Kyrsten Sinema Is Leaving the Democratic Party

She dismissed the idea that timing—and the party’s victory in Georgia—had anything to do with the decision.

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Sen. Kyrsten Sinema is leaving the Democratic Party and registering as an independent. Politico has the scoop, which you can decide is either unsurprising or something of a bombshell. The news comes shortly after two key moments for Democrats. This week, Sen. Raphael Warnock won re-election in Georgia, securing the party with a theoretically more powerful advantage in the upper chamber, and Sen. Chuck Schumer was chosen again as majority leader.

Speaking to Politico, Sinema attempted to downplay the “timing” of her announcement, claiming it was rooted in some recent soul-searching of how she could best champion her core values. 

“Nothing will change about my values or my behavior,” she added.

While it’s easy to scoff at Sinema’s reassurances here, in some ways,  they’re less mealy-mouthed than they seem. Because regardless of how you feel about her absolute refusal to end the filibuster (and in doing so, torpedo Democrats’ efforts to protect voting rights); her donations from venture capitalists while killing tax hikes for the Wall Street set; or even that heinous thumbs down, Sinema’s claim that her behavior will not change once she leaves the party would have to mean that she was working in lockstep with Democrats to begin with. Not really her thing.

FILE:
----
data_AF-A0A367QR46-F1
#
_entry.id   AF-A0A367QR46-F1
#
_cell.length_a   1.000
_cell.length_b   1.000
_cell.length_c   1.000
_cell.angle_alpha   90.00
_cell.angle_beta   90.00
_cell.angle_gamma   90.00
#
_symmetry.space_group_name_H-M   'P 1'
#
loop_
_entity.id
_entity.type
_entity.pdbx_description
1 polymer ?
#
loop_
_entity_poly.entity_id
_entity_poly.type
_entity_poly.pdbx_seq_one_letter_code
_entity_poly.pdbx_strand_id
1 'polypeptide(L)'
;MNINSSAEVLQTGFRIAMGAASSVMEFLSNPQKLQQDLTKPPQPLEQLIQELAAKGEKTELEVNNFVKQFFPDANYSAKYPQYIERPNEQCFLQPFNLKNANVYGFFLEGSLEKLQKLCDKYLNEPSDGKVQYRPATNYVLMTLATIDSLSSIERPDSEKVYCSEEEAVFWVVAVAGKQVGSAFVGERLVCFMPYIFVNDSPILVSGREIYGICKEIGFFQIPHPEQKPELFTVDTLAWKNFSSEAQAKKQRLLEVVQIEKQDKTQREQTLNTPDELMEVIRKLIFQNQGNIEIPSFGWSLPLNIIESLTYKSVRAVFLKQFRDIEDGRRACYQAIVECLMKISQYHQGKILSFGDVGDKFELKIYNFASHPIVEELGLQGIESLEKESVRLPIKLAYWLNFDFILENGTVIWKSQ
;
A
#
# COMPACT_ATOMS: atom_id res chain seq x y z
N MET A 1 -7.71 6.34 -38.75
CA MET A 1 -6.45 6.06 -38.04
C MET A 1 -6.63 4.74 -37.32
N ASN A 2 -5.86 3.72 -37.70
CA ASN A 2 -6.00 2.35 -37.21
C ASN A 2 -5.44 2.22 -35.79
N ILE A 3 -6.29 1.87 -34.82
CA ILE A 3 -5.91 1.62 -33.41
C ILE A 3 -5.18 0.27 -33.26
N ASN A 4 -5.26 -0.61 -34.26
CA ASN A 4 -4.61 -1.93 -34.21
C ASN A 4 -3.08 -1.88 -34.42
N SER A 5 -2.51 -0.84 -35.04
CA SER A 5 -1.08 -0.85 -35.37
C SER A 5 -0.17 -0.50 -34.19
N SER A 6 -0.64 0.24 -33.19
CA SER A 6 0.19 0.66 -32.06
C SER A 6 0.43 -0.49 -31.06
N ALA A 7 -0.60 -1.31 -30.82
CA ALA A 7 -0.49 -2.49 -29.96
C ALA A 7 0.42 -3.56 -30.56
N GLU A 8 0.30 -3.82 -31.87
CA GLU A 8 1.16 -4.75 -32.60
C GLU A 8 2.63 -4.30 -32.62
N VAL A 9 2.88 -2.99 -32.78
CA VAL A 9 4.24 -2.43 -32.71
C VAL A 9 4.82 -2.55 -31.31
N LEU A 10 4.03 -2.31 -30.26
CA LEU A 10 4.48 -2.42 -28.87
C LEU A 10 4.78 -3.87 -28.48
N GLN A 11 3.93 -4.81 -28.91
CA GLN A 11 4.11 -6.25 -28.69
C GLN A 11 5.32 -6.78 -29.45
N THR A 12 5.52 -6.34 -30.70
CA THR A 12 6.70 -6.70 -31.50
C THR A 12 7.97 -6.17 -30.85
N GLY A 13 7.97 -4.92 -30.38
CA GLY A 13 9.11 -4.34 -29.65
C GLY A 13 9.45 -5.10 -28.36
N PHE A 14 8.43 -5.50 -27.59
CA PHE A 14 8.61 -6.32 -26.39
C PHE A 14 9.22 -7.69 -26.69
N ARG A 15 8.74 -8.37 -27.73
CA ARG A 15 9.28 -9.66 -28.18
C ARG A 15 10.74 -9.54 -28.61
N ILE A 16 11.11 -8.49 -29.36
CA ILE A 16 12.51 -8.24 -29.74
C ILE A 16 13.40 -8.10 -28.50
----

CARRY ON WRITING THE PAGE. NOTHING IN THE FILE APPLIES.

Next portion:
As my colleague Tim Murphy wrote in his excellent profile of the Arizona senator, Sinema’s political career has been one giant metamorphosis. She’s gone from the Green Party roots to unlikely Dem powerbroker. She once claimed donations were a form of “bribery;” now she enjoys friendships with the private equity crowd.

So, when she says that nothing will change about her behavior, Sinema’s likely telling it straight; she won’t stop constantly changing as she sees fit. 

As of now, it doesn’t appear as though Sinema’s decision to leave Democrats will result in a power-sharing agreement; she told Politico that she intends to keep her committee assignments and won’t caucus with Republicans.

But as Arizona’s dynamics shift in our post-midterms landscape, we’re almost certain to see the senator keep up with her own head-spinning changes. Just never expect an apology from her.

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